We report the first observation of cascaded forward stimulated Brillouin scattering in a microresonator platform. We have demonstrated 25 orders of intramodal Stokes beams separated by a Brillouin shift of 34.5 MHz at a sub-milliwatt threshold at 1550 nm. An As2S3 microsphere of diameter 125 µm with a quality factor of 1 × 106 was used for this demonstration. Theoretical modeling is used to support our experimental observations of Brillouin shift and threshold power. We expect our work will advance the field of forward stimulated Brillouin scattering in integrated photonics, with applications in gas sensing and photonic radio frequency sources.
Chalcogenide glasses have been recognized in the past decade as a candidate for low-threshold nonlinear optics because of their transparency in the infrared region, low glass transition temperature, and large nonlinearities.1–5 They also exhibit many desirable photoinduced phenomena, including photocrystallization,6 photopolymerization,7 photodecomposition,8 photocontraction or expansion,9 photovaporization,8 and the photodissolution of metals such as silver.8,10 These changes allow us to modify the optical characteristics of chalcogenide glasses, such as their electronic bandgap, refractive index, and optical absorption coefficient, to fabricate a wide variety of optical devices. Additionally, the low glass transition temperature of chalcogenide glasses allows fabricated devices to be reflowed to produce ultrasmooth optical surfaces.11–13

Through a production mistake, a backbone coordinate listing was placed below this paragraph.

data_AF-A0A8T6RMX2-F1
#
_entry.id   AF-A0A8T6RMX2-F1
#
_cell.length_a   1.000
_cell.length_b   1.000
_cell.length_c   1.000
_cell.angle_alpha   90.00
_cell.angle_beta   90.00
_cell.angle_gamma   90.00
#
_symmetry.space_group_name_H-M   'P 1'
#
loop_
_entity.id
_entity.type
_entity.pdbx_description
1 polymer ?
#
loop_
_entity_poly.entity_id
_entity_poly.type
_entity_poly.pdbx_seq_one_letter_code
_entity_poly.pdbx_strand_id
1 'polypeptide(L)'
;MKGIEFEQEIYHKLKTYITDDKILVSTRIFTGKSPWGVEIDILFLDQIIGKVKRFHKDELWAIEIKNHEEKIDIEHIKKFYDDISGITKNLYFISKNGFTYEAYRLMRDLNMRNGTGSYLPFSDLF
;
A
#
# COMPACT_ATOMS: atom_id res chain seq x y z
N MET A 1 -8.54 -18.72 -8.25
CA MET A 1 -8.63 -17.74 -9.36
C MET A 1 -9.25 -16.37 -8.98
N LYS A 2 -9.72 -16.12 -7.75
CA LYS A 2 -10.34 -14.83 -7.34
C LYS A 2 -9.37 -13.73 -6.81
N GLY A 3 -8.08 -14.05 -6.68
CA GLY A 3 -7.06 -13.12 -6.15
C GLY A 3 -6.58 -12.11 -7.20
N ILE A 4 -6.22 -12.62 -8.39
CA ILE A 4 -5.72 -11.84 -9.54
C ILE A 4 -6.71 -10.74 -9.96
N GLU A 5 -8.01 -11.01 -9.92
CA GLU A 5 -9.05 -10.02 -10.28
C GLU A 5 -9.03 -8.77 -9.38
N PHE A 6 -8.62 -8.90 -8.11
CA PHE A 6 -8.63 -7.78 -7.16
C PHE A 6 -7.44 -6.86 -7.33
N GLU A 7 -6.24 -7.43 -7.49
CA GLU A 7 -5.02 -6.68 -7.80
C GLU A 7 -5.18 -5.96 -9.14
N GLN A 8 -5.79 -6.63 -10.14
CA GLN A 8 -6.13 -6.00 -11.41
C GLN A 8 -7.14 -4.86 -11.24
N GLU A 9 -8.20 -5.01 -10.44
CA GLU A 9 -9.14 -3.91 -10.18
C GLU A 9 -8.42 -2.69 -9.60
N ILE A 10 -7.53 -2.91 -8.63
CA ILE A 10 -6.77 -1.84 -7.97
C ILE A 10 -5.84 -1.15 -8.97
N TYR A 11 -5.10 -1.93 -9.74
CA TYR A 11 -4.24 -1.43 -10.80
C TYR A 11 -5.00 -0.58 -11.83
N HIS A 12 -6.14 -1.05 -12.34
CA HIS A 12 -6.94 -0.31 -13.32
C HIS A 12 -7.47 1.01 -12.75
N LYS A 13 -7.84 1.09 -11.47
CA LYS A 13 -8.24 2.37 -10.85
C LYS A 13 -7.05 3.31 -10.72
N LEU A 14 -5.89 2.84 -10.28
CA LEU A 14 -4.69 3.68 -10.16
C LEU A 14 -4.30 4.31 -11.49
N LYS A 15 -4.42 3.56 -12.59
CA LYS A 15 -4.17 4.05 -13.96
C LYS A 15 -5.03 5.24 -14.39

Stimulated Brillouin scattering (SBS) is one of the strongest third-order nonlinearities in most optical media. SBS manifests through the transfer of energy from the optical pump beam to an optical Stokes beam, either in the same or opposite direction as the pump. SBS is used in narrow-linewidth lasers,14,15 slow light,16 optical cooling,17 optical isolators,18 and distributed sensing.19 The conservation of energy and momentum requires that ωa = ωp − ωs and q = kp ± ks, where ωa, ωp, and ωs are the frequencies and q, kp, and ks are the wavenumbers of the acoustic, pump, and Stokes waves, respectively. The sign in the momentum matching condition is positive (i.e., wavenumbers add up) for backward stimulated Brillouin scattering (BSBS) and negative for forward stimulated Brillouin scattering (FSBS). Since the pump and Stokes beams typically differ by no more than a few GHz in frequency, they are approximately equal in wavenumber, i.e., kp ≈ ks. Therefore, FSBS is mediated by phonons of low wavenumber, q ≈ 0, while BSBS is mediated by phonons of higher wavenumber, q ≈ 2kp. Even though FSBS is understood to have theoretically stronger nonlinearity than BSBS with all else being equal,20 many common resonator geometries do not have resonant acoustic modes for phonons with low wavenumber. Notably, fiber ring resonators do not support strong FSBS, although they are widely used for BSBS lasers.21,22 This is because step-index fibers do not have acoustic eigenmodes for low-momentum phonons.